These are not new thoughts. People were saying such things long before the war began, people who know vastly more than I do, and have vastly greater insight. If blogging is the future of journalism, then that future belongs entirely to those people, who can assimilate, research, analyse, and disseminate, who can keep alive news stories that might otherwise be squashed, and who can say all the things that Ari Fleischer doesn't think Americans should say in a time of eternal war.
There are a lot of these people.
Yet America still went to war. And 59% of Americans continue to believe that Saddam Hussein bears 'Some', 'Most', or 'All' of the responsibility for 11 September.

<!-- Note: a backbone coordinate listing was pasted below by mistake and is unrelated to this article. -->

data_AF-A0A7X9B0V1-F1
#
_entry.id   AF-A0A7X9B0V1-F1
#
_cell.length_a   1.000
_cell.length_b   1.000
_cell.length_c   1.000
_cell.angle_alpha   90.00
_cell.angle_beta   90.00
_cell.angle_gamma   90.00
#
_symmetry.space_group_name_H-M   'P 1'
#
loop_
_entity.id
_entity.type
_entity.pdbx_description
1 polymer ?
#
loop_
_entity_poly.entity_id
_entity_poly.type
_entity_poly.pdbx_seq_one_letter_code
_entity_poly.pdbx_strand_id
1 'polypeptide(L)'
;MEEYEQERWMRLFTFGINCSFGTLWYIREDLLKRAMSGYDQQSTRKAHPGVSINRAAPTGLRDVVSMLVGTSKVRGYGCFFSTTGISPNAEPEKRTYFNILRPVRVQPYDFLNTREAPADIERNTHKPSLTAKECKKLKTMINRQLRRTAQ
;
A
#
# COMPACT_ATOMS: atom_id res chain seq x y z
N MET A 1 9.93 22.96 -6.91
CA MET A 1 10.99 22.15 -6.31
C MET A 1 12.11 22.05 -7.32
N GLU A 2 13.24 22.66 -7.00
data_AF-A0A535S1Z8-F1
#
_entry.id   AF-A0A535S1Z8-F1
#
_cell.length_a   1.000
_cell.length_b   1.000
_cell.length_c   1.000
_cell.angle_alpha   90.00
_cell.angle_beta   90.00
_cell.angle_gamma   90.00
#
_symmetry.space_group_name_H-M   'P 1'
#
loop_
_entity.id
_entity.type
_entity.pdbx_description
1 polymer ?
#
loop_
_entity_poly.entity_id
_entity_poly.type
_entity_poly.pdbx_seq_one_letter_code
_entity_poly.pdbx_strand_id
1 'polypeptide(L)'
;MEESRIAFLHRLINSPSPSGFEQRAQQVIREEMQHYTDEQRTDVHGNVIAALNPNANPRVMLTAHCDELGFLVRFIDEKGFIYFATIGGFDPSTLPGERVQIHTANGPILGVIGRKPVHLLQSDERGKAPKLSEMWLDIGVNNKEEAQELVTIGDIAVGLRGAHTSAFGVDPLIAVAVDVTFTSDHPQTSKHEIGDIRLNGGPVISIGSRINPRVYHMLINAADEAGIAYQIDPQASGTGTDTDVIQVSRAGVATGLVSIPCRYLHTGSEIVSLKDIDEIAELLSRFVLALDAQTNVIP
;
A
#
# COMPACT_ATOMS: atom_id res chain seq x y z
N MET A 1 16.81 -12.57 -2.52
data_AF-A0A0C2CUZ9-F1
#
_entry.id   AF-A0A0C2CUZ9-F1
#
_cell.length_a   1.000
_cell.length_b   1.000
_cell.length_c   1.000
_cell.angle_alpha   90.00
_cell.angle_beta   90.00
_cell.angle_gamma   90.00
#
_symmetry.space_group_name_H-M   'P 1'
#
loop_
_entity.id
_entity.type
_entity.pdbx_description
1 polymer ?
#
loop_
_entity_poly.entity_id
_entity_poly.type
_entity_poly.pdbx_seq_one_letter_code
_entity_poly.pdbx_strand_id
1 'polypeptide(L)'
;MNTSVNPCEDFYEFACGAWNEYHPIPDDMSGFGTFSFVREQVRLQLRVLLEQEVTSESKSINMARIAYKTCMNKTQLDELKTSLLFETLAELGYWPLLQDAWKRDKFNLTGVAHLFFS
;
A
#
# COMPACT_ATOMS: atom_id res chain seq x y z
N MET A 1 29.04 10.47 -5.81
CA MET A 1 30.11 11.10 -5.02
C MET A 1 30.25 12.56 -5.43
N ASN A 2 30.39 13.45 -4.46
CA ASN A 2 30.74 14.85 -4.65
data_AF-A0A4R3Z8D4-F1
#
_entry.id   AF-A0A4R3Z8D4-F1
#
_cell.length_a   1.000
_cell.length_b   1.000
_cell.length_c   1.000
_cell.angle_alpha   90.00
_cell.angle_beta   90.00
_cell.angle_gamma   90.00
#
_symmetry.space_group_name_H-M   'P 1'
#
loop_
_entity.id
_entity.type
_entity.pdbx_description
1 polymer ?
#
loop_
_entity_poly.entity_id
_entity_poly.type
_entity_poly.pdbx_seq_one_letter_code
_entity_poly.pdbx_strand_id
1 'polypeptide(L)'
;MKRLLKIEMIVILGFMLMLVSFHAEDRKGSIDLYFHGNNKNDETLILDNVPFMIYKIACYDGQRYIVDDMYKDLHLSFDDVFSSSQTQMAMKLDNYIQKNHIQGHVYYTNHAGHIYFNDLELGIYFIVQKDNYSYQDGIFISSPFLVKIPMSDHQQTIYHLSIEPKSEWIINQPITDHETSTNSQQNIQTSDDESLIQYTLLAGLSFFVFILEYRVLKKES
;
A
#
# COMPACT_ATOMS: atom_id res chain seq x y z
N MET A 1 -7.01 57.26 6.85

Which brings me to the matter I wanted to discuss to begin with. I'm not a journalist, and I'm politically naive; I have nothing to add on any of that that's worth adding. One of the few things I feel qualified to blog about is the very subjective experience of being an American right here and now. And it's a frightening experience. I live in Seattle, which is flamingly liberal, and a hotbed of anti-war sentiment. Ironically, the loudest pro-war clamourings I heard from a Seattlian came from Dan Savage, nationally-syndicated sex columnist, flaming homo, diehard liberal, and editor of the Seattle alternative weekly The Stranger. Though before the war began, even he had changed his mind, because of the sheer ineptitude of Bush's diplomatic lead-up. There were protest marches; lots of my fellow graduate students went, even some of our faculty. Even the mathematicians here are flaming liberals. If one is going to be an American right now, Seattle is one of the places in which one would be well-advised to do so. Yet Seattle, it seems, is not entirely representative. Not even slightly representative. And neither is New York, somehow, or San Francisco. No matter what we do, the Bush administration pays no attention, and God help us all, it's somehow swindled half the country--in places like Iowa, for example--into supporting it.